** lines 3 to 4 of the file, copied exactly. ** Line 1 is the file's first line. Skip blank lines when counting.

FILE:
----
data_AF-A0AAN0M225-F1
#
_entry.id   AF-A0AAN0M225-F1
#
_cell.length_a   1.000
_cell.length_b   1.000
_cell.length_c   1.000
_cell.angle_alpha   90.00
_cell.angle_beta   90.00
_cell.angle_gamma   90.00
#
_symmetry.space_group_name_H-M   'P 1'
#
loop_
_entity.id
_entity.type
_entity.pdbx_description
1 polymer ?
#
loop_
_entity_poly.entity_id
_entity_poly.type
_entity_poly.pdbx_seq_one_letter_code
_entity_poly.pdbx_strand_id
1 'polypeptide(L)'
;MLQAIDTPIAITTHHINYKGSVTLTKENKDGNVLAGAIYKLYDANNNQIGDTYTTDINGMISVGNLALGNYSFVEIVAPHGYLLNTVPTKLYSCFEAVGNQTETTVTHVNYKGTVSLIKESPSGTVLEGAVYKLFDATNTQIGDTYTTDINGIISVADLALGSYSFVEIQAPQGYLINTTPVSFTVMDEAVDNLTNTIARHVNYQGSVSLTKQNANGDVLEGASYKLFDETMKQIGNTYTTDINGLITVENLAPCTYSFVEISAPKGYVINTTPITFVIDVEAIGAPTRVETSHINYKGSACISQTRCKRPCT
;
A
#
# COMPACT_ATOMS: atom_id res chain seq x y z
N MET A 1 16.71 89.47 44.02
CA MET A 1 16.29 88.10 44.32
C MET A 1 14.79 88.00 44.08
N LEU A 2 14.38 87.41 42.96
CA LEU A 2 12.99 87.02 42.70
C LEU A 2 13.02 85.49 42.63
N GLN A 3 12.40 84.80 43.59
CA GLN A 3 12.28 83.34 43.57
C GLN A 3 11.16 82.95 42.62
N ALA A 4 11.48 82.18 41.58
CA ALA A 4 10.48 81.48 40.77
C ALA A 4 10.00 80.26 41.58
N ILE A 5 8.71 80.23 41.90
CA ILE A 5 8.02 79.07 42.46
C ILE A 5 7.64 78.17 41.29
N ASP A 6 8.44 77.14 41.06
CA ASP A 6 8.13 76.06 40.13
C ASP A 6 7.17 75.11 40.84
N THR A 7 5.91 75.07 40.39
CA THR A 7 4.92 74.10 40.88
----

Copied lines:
_entry.id   AF-A0AAN0M225-F1
#